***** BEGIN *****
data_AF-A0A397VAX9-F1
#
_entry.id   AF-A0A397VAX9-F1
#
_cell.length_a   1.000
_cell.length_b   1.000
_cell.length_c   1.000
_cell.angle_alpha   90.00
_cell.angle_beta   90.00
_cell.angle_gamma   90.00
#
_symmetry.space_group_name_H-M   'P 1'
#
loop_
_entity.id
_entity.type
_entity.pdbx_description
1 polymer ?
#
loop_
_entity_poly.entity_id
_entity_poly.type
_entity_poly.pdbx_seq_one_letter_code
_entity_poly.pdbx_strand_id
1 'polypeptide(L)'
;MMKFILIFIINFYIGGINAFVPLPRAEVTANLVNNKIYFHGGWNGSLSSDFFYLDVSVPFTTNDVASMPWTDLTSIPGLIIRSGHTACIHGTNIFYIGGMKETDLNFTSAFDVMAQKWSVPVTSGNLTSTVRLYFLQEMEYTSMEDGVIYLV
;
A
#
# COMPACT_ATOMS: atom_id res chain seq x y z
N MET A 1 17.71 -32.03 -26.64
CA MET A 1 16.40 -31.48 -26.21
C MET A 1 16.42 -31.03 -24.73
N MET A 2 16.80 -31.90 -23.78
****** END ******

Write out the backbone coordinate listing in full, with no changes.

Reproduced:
data_AF-A0A397VAX9-F1
#
_entry.id   AF-A0A397VAX9-F1
#
_cell.length_a   1.000
_cell.length_b   1.000
_cell.length_c   1.000
_cell.angle_alpha   90.00
_cell.angle_beta   90.00
_cell.angle_gamma   90.00
#
_symmetry.space_group_name_H-M   'P 1'
#
loop_
_entity.id
_entity.type
_entity.pdbx_description
1 polymer ?
#
loop_
_entity_poly.entity_id
_entity_poly.type
_entity_poly.pdbx_seq_one_letter_code
_entity_poly.pdbx_strand_id
1 'polypeptide(L)'
;MMKFILIFIINFYIGGINAFVPLPRAEVTANLVNNKIYFHGGWNGSLSSDFFYLDVSVPFTTNDVASMPWTDLTSIPGLIIRSGHTACIHGTNIFYIGGMKETDLNFTSAFDVMAQKWSVPVTSGNLTSTVRLYFLQEMEYTSMEDGVIYLV
;
A
#
# COMPACT_ATOMS: atom_id res chain seq x y z
N MET A 1 17.71 -32.03 -26.64
CA MET A 1 16.40 -31.48 -26.21
C MET A 1 16.42 -31.03 -24.73
N MET A 2 16.80 -31.90 -23.78